If ever there was a UK bluesman needing no introduction it must surely be Dave Kelly. If anyone has paid his blues dues in this country, and beyond as this release proves, it must be him. Always in total control of his music, Kelly has been packing them into small, sweaty clubs and bars alongside bigger venues across Europe and the UK for more years than even he might want to remember.
As this double-disc set shows, he has been touring Germany for many years now, a country with a strong blues-fan base and where his style of intimate acoustic mastery and anecdotal sidetracks and wisecracks slip down with absolute ease, despite language differences.
All of the 35 - yes, 35 - tracks here in this double album come from soundboard recordings made by Kelly's on-the-road soundman back in the late-eighties when the bluesman was a regular annual feature at clubs and bars across Germany. They only came to light relatively recently when Kelly was again on the German road and his old soundman turned up at a gig bearing boxes of tapes he'd made back in the day.
The latest wonderful fun-filled release from this talented, eclectic - at times, downright mad - bunch of ukulele-toting British musicians is a 13-track collection mostly culled from their back-catalogue of marvellous, inspired covers of modern popular music.
A seven-piece outfit, the UOGB (as they're often known) is a genuinely superb band of wandering minstrels creating musical mayhem with that least likely of riotous instruments, the ukulele. I confess a love for this band and its British eccentricity. They are each and every one of them virtuoso players with an unbounded sense of the absurd and humour in equal measure.
This album is sub-titled - '20th Century Punk Classics', reflecting the roots of many band members and featuring such gems as The Undertones brilliant 'Teenage Kicks'; 'Sex & Drugs & Rock & Roll' from Ian Drury; The Sex Pistols old favourite, 'Anarchy In The UK (here as 'Anarchy in The UK…ulele); Joe Strummers' 'Should I Stay or Should I Go.' Each track masterfully played and brimming over with pure fun and pleasure. This is a band that has a well-deserved, growing and devoted fan-base across Europe. As a live act they are impossible to second-guess and will switch effortlessly from a uke-driven Bach cover to Robert Johnston's blues followed by a movie theme, often with barely a pause for breath.
If you've yet to hear this band, 'Pretty Girls' is an excellent into to their inspired madness.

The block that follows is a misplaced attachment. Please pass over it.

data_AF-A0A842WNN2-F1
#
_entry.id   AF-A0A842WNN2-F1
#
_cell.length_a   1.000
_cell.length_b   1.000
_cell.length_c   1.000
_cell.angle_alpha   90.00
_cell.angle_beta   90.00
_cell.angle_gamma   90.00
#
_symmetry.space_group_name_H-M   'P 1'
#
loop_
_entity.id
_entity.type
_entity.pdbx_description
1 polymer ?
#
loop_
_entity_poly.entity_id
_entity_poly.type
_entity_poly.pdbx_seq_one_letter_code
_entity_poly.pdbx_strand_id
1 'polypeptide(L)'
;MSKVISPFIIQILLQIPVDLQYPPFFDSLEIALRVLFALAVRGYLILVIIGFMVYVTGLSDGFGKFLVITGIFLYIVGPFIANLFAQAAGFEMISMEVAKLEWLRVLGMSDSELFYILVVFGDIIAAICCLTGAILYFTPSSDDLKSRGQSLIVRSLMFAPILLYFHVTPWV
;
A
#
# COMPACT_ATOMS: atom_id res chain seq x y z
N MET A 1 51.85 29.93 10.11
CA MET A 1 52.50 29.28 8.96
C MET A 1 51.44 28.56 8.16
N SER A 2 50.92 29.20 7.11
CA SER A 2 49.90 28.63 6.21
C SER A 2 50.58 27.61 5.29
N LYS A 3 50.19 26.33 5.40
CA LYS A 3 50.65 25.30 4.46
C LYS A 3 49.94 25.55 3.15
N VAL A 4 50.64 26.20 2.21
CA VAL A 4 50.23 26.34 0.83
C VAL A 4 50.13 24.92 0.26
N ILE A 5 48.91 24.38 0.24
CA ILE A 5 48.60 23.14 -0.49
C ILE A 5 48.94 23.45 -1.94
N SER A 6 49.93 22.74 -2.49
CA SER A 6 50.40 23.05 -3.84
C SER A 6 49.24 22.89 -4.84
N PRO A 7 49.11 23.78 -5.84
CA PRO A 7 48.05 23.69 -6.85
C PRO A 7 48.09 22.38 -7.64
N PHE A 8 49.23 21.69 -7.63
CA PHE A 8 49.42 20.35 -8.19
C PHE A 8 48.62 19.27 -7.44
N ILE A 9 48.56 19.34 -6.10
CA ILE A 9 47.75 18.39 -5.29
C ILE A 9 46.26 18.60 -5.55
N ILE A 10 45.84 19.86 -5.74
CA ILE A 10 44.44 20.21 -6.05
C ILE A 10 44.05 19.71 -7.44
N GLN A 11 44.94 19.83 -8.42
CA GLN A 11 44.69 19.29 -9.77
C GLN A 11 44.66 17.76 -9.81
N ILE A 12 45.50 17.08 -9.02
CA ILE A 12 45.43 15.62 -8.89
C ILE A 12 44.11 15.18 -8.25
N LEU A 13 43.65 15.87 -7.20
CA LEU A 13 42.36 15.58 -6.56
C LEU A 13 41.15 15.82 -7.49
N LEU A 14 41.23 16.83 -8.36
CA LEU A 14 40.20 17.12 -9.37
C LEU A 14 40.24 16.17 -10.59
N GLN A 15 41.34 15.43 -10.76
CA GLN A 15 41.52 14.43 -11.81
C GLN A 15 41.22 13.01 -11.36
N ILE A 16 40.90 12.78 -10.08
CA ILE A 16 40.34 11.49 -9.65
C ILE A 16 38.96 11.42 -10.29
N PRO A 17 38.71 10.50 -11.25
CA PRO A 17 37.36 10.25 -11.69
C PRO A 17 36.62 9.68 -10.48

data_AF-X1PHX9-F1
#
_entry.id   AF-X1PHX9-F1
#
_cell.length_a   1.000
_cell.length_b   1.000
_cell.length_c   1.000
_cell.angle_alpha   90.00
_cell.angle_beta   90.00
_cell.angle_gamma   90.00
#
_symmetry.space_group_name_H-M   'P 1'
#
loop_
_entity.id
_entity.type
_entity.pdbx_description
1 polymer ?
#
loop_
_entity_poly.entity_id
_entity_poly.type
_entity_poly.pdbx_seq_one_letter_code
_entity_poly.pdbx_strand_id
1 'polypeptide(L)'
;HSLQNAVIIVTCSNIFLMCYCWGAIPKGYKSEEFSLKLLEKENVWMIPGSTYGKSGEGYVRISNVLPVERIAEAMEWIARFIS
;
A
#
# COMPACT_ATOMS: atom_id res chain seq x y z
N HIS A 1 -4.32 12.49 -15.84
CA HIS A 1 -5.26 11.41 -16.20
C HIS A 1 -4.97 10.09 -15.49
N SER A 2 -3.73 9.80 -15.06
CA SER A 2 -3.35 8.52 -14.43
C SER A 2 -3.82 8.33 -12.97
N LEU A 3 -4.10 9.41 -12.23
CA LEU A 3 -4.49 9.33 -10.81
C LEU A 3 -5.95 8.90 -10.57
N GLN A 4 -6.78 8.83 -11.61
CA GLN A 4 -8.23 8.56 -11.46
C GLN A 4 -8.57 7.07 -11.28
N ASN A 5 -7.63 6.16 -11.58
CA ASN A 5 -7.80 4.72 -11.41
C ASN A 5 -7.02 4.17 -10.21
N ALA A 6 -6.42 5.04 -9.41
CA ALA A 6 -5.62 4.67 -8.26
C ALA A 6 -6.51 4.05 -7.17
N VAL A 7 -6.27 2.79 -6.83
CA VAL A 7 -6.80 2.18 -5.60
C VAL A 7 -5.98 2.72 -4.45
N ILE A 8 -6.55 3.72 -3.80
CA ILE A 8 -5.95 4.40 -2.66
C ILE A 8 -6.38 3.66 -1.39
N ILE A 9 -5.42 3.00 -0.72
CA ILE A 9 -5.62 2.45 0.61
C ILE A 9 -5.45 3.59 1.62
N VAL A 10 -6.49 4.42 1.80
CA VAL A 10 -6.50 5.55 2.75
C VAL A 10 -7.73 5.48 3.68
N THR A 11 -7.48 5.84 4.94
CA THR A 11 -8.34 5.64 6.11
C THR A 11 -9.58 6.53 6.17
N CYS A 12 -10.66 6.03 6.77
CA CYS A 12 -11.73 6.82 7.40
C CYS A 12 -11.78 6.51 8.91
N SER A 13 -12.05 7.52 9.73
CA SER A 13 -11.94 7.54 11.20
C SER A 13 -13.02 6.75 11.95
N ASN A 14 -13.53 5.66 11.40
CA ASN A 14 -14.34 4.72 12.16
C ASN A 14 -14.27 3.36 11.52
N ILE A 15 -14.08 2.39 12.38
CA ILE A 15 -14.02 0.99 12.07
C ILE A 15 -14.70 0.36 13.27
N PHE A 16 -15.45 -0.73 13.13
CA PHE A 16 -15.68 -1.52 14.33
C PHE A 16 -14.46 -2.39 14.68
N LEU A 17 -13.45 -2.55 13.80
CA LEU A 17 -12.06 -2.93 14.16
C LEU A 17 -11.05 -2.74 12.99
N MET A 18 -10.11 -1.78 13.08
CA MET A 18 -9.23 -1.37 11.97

This is a twelve-track album stuffed with tasteful, acoustic and slide guitar picking from an Englishman now resident in rural France - hence the title.
Cowley, originally from the Birmingham area, includes strong covers of many standard traditional acoustic classics including a couple from the ever-popular, melodic Mississippi John Hurt - 'Monday Morning Blues' and 'Pay Day'; another couple from Mississippi Fred McDowell - 'Write Me A Few Of Your Lines' and 'You Gotta Move' together with some Muddy Waters, Son House, Bukka White and Rev. Gary Davis. All are played with punch and talent supported by his gritty, quality vocal delivery. These tracks are interspersed with four self-penned titles in the tradition that sit well seamlessly within the overall mix, If there's a flaw here, for me, it's Cowley's take on Gary Davis's oft-overcooked 'Candyman', a tricky track to reinvent or bring with a fresh flourish. But this is a minor blemish in an otherwise cracking album.
'Rural' is a release that will appeal to most lovers of traditional acoustic blues and should ensure that Cowley himself reaches a wider audience with his ability fully to the fore. Rural blues it may be but this is no sluggish or stagnant backwater offering. In reality this is a very good, balanced and varied album of good old Country Blues with fretwork and slidework of quality aplenty. A rewarding release well worth catching.
Back in the day we had so-called supergroups, bands of big-name musicians jamming together, producing big-selling albums and reaping huge financial rewards for their collective efforts. An era now seemingly long gone and partly forgotten.
The Ragpicker String Band breathes interesting life into that previous historic theme with a decidedly acoustic, 1930s ragtime-blues tradition at its core. The fourteen track album has no title, instead simply singling out the individual stylists and band members on its front cover: acoustic guitar picker and singer Mary Flower, easily one of the finest ragtime-blues pickers in the USA today, here joined by Mandolin/resonator mando-master Rich Del Grosso, again probably the finest blues mando-man on the road and Martin Grosswendt, yet another superb acoustic bottleneck-guitarist-cum-mandolinist-cum-fiddler.
Tracks include mighty fine takes on a few John Estes standards, 'Clean Up At Home', Milk Cow Blues' and 'Black Mattie', together with 'Lonely One In this Town' from the Mississippi Sheiks, a Mary Flower-driven old traditional winner, 'Trimmed and Burning' and even a surprisingly successful stab at an unexpected jazz classic with Thelonious Monk's 'Blue Monk'.
Back home in Tuscaloosa, Alabama, following a roller-coaster, roaring, successful tour of the UK and France, Debbie Bond remains elated by the whole experience and confirms she is already booking both repeat and new dates and festival gigs for her next tour in 2016.
'Our summer tour of mostly England and Wales, was simply wonderful. We met loads of our old buddies and made loads of new friends along the way,' she says. When Bond mentions her UK buddies, she means playing alongside the likes of some of the country's finest blues musicians, guys who need no introduction to UK blues fans - drummers Sam Kelly, Micky Barker and Pete Hedley, plus soulful Sax-man Sam Carless. As usual she was also partnered by her musical and life-partner, Londoner 'Radiator' Rick Asherson on Keys, Harp and growling vocals.
'Following the tour, tiring though it was at times, I now know I'm up for much more. I'm already looking forward to next year. I know I'm now roadworthy and ready to roll,' she jokes.
And though she evidently had a great time on tour in the UK and France, Bond is clearly happy to be back home. Alabama has been a positive musical inspiration to her and she gladly talks about the extraordinary encounters she has had with some literally legendary US bluesmen from the Deep - southern state.